User:Visviva/NYT 20080212

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← Previous (2008-02-11) Words harvested from the New York Times, 2008-02-12
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This is a list of lowercase non-hyphenated single words found in the 2008-02-12 issue of the New York Times which did not have English entries in the English Wiktionary when this list was created (2009-03-03).

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95610 tokens ‧ 70951 valid lowercase tokens ‧ 8672 types ‧ 25 (~ 0.288%) words before cleaning ‧ 

2008-02-12[edit]

  1. antifatigue
  2. bridger
  3. elderliness
  4. fistic
  5. lovability
  6. microtomography
    • 2008 February 12, Henry Fountain, “How Sturdy Is Your Sand Castle? It’s All About the Water”, New York Times:
      Mario Scheel of the Max Planck Institute for Dynamics and Self-Organization in Göttingen, Germany, and colleagues used X-ray microtomography to look at how the water is distributed in the mix.
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  7. mochas
    • 2008 February 12, The Associated Press, “AT&T Joins Starbucks to Provide Store Wi-Fi”, New York Times:
      Robert Toomey, an analyst with E. K. Riley Investments, said it was smart for Starbucks to link the new Wi-Fi service to its purchase card, which tens of millions of people use to buy their mochas and lattes, he said.
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  8. moldable
  9. multidose
  10. nonhedged
    • 2008 February 12, Nicola Clark, “Société Générale Seeks to Raise $8 Billion”, New York Times:
      Société Générale said the new figure included 1.25 billion euros from its portfolio of nonhedged collateralized debt obligations, 947 million euros in default risk related to bond insurers and 325 million euros in trading losses on its investments in residential mortgage-backed securities.
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  11. nonintuitive
    • 2008 February 12, John Tierney, “Nascar’s Screech and Slam? It’s All Aerodynamics”, New York Times:
      Now he was ready for a new career as an “intuitive physicist,” a term borrowed from Diandra Leslie-Pelecky, who teaches nonintuitive physics at the University of Nebraska .
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  12. postsurge
    • 2008 February 12, David Brooks, “When Reality Bites”, New York Times:
      They would accuse the new administration of reverse-Rumsfeldism, of ignoring postsurge realities and of imposing an ideological solution on a complex situation.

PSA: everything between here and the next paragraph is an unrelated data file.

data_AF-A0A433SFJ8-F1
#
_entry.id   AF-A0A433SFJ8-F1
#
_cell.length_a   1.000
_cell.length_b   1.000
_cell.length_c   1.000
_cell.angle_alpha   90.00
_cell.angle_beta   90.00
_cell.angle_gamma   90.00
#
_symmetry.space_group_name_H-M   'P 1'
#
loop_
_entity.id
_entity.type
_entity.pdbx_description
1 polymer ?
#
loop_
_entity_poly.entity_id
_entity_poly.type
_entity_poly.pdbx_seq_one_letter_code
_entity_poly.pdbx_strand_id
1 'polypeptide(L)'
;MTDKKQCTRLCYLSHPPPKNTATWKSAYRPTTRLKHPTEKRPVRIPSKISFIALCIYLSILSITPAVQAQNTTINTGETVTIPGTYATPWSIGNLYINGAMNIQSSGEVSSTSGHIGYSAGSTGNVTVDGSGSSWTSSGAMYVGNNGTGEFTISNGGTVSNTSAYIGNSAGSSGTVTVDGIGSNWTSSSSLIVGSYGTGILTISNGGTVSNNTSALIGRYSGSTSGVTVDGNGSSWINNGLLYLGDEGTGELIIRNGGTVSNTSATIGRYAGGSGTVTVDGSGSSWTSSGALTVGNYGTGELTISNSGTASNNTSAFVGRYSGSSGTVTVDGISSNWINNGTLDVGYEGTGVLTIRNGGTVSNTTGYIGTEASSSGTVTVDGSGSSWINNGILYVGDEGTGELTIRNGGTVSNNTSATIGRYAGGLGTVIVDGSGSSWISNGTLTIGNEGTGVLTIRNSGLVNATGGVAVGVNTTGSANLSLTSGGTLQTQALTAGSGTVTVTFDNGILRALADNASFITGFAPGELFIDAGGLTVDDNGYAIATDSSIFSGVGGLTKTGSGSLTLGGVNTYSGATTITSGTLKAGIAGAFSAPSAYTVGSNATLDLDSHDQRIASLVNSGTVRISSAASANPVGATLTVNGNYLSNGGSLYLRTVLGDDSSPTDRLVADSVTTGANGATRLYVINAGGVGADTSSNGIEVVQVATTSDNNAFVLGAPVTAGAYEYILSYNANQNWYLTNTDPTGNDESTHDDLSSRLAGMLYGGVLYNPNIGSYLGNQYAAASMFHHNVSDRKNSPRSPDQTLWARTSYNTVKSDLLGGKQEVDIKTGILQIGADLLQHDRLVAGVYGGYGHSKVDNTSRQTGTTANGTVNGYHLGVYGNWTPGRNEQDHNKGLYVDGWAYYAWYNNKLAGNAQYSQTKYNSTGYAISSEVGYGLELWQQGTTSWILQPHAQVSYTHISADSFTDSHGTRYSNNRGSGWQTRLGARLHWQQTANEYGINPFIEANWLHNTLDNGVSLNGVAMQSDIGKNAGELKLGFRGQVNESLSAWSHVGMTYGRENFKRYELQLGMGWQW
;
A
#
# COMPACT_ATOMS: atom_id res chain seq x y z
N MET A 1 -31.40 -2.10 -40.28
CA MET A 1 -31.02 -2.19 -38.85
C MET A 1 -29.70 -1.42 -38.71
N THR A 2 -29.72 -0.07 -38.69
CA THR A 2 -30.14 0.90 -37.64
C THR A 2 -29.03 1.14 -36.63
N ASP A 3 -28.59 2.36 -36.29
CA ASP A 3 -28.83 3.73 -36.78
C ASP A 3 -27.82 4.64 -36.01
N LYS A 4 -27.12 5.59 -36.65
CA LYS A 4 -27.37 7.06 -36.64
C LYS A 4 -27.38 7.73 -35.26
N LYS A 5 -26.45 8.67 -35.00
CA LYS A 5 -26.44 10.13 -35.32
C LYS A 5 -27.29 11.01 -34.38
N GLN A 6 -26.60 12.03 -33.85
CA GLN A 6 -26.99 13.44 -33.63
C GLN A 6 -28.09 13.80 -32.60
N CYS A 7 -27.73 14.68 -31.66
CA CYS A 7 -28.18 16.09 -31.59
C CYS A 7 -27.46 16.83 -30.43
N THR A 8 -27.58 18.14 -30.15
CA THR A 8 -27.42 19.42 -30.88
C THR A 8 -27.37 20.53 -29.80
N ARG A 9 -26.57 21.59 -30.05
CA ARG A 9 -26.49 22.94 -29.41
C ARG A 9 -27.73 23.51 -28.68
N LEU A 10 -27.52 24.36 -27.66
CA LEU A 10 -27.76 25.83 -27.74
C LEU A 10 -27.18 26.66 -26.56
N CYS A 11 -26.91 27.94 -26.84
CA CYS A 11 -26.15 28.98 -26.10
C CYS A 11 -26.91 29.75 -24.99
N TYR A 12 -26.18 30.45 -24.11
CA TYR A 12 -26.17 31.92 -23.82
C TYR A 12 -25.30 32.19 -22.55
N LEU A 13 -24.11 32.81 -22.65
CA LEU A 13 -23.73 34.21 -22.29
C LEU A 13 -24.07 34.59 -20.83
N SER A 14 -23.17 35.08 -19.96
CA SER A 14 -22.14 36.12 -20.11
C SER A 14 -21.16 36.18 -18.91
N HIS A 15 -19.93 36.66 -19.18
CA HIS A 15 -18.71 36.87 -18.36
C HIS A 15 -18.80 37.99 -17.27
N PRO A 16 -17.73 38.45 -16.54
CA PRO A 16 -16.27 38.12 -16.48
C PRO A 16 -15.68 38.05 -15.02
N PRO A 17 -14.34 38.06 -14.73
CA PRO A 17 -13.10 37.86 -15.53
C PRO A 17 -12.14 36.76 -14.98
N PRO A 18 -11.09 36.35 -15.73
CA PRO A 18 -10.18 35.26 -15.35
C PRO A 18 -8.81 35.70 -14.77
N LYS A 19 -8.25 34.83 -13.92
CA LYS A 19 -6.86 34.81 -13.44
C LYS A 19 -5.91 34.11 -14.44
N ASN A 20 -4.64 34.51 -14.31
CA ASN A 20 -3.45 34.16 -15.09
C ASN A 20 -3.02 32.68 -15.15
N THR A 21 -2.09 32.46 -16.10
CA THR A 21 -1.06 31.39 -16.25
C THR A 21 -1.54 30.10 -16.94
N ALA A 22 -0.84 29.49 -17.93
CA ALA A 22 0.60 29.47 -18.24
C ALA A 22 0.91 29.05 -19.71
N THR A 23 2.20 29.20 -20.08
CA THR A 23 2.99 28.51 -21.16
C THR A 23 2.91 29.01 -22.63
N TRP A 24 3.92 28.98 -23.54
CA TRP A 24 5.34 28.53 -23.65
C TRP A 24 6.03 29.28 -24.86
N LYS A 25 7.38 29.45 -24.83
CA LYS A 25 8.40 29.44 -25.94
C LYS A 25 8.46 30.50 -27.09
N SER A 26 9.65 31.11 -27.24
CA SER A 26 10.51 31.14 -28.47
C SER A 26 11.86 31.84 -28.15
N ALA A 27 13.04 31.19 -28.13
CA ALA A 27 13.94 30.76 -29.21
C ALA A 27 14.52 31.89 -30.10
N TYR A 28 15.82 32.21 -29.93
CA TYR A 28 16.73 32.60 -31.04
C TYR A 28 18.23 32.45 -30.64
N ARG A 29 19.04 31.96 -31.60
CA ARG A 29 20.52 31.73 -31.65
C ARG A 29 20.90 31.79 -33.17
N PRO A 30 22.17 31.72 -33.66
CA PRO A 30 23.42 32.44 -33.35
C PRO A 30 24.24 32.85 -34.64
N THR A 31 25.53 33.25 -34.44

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  13. presurge
    • 2008 February 12, “Gates, Truth and Afghanistan”, New York Times:
      That is probably too much to ask from Mr. Gates, who on Monday proved that he is still a full team player by suggesting that troop reductions in Iraq may not come down much below their presurge levels.
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  14. rearguing
    • 2008 February 12, David Brooks, “When Reality Bites”, New York Times:
      This is the debate that Democrats have been quietly rearguing during the entire Bush presidency.
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  15. reharmonization
    • 2008 February 12, Ben Ratliff, “A Victory for Jazz, or Just Grammy Being Grammy?”, New York Times:
      Some of what “River” accomplishes as a jazz record is serious indeed. Mr. Hancock’s version of Duke Ellington ’s “Solitude” is the modern jazz process itself: a complete reharmonization of a familiar song, with rhythm that keeps vanishing and reappearing.
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  16. rycals
  17. squeezably
    • 2008 February 12, Richard Sandomir, “Beagle Is Top Hound at Westminster Dog Show”, New York Times:
      “The first co-owner had coarse-coated dogs, and she said he was so fluffy and squeezably, wonderfully soft,” Good said.
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  18. stagebound
    • 2008 February 12, Dave Kehr, “New DVDs”, New York Times:
      They are light, fluid and graceful at a time when the heavy apparatus of the talkies was threatening to render movies flat and stagebound.
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  19. subtherapeutic
  20. superpopular
    • 2008 February 12, Bernard Holland, “Hungarians Come Calling, Eager to Show Their Range”, New York Times:
      The repertory was in a way a stroke of luck for Mr. Lazic, given that this superpopular rhapsody has become almost a required entrance exam for young pianists going into the public virtuoso business.
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  21. syncretist
    • 2008 February 12, Ben Ratliff, “A Victory for Jazz, or Just Grammy Being Grammy?”, New York Times:
      Both are syncretist collaborations between a flexible jazz musician and a famously uncompromising genius who invented his or her own style — two musicians of putatively different worlds.
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  22. whorling
    • 2008 February 12, Jennifer Dunning, “Modern Style, Old-Fashioned Virtues”, New York Times:
      “Waves Against the Sand,” to music by Martinu, which opened the program, filled the stage space with whorling patterns of dancers surging with the gentle but ceaseless momentum of the sea.
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Sequestered[edit]